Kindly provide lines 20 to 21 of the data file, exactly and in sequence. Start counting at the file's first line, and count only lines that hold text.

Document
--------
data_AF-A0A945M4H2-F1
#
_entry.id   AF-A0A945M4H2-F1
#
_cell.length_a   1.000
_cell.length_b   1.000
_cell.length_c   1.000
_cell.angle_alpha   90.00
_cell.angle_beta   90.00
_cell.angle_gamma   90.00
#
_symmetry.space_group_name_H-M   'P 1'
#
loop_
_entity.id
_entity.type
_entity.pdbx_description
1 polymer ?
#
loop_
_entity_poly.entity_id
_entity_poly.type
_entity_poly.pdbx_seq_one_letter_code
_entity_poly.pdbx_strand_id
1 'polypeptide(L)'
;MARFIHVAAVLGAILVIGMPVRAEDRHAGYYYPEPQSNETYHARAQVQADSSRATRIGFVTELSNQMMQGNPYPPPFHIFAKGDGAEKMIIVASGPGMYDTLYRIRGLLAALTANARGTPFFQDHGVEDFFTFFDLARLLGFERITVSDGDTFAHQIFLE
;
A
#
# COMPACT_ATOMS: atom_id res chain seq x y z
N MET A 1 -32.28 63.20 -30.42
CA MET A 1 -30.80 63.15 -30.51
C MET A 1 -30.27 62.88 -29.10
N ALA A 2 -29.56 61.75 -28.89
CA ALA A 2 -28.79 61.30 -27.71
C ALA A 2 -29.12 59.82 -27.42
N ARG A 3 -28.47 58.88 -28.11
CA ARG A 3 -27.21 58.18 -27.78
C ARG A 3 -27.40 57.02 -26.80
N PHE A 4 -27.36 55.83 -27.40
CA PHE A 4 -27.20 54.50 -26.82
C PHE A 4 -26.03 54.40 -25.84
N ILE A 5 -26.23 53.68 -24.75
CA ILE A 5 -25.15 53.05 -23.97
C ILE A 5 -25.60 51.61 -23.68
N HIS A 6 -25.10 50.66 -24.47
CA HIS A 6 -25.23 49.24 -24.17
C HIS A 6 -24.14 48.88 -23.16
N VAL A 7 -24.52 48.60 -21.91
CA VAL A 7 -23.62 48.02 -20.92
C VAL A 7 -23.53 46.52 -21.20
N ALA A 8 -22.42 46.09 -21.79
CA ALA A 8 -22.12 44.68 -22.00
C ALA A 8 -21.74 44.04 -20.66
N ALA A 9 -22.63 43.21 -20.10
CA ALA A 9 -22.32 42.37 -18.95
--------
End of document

loop_
_entity_poly.entity_id